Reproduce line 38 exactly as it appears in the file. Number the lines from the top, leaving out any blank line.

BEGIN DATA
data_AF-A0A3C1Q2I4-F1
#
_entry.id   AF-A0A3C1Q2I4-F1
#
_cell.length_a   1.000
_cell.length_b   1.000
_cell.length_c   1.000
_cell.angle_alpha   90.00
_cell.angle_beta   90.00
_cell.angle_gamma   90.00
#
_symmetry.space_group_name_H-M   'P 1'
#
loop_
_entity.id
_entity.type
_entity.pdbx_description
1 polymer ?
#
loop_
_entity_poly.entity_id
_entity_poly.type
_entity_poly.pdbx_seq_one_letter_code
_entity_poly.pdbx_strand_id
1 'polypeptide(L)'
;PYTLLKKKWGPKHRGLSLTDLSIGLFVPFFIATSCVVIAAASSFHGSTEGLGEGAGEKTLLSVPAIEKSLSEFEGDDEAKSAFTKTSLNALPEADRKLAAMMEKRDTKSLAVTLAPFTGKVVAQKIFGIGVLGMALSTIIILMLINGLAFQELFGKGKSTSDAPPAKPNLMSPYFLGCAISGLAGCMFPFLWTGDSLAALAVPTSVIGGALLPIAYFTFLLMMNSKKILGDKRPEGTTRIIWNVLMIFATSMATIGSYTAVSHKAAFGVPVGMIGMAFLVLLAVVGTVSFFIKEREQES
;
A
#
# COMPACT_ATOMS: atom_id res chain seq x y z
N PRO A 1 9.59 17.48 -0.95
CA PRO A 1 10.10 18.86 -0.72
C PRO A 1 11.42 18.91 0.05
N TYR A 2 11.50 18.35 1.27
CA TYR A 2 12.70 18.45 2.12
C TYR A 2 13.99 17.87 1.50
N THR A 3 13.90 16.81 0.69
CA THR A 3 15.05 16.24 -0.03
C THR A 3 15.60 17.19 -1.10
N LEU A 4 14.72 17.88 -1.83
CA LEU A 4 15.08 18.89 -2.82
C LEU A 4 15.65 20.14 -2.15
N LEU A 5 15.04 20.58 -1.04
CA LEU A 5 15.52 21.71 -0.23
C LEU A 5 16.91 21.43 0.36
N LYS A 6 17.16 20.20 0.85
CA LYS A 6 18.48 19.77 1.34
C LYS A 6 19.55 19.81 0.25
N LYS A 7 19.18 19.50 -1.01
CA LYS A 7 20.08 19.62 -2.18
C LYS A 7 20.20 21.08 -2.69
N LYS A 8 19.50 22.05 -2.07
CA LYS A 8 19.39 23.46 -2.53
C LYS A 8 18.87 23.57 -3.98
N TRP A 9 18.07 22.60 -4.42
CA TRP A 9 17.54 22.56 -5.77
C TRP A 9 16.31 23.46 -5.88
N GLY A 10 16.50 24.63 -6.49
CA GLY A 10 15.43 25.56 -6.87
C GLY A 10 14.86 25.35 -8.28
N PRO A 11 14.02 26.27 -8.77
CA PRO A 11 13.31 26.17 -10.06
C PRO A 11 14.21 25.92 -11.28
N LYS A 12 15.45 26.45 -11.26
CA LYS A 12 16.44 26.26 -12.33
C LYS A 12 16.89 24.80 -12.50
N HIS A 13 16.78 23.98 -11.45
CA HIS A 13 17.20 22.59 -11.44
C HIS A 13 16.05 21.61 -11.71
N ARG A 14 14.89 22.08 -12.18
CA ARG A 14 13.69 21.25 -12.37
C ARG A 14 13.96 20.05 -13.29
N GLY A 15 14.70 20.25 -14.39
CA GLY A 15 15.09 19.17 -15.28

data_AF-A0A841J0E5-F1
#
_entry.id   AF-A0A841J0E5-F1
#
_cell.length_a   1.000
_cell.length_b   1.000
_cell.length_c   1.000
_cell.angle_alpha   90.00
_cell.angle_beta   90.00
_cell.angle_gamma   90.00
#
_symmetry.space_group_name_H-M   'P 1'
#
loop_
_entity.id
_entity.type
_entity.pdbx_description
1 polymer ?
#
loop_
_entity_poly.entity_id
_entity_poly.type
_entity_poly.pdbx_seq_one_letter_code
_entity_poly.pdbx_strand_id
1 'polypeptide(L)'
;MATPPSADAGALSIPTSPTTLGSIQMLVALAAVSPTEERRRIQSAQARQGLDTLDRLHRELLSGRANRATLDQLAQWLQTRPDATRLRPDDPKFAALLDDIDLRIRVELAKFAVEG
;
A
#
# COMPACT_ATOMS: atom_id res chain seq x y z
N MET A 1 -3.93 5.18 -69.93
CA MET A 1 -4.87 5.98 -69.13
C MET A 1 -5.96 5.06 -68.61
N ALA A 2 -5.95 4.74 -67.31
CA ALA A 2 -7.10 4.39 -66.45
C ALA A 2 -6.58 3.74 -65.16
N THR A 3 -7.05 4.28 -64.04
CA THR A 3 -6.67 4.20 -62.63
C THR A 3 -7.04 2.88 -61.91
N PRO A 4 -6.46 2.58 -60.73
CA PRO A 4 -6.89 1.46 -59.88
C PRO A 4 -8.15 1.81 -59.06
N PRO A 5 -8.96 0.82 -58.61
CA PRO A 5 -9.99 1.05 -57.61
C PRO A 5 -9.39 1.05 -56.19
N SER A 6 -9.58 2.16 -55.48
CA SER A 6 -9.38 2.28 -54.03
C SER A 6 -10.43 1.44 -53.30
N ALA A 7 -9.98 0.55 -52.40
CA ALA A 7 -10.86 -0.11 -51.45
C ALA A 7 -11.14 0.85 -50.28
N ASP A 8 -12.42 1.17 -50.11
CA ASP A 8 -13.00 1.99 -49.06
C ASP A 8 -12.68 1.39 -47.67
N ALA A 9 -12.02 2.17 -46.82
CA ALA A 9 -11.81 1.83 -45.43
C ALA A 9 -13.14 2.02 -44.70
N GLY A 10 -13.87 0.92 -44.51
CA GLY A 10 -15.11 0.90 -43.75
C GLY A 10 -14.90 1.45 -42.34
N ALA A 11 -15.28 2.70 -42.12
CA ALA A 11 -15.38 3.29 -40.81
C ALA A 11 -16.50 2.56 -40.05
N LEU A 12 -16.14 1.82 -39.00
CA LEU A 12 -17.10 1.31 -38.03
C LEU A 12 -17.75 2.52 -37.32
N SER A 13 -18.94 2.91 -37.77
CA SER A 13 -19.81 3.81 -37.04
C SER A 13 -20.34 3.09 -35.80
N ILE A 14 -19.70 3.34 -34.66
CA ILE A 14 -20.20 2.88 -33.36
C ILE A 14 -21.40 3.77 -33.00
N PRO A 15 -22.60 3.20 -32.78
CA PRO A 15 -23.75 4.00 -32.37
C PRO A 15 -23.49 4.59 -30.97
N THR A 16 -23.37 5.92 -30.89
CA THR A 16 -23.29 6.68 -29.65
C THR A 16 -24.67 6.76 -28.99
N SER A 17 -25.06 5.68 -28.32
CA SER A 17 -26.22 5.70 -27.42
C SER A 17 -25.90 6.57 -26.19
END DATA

CA THR A 3 15.05 16.24 -0.03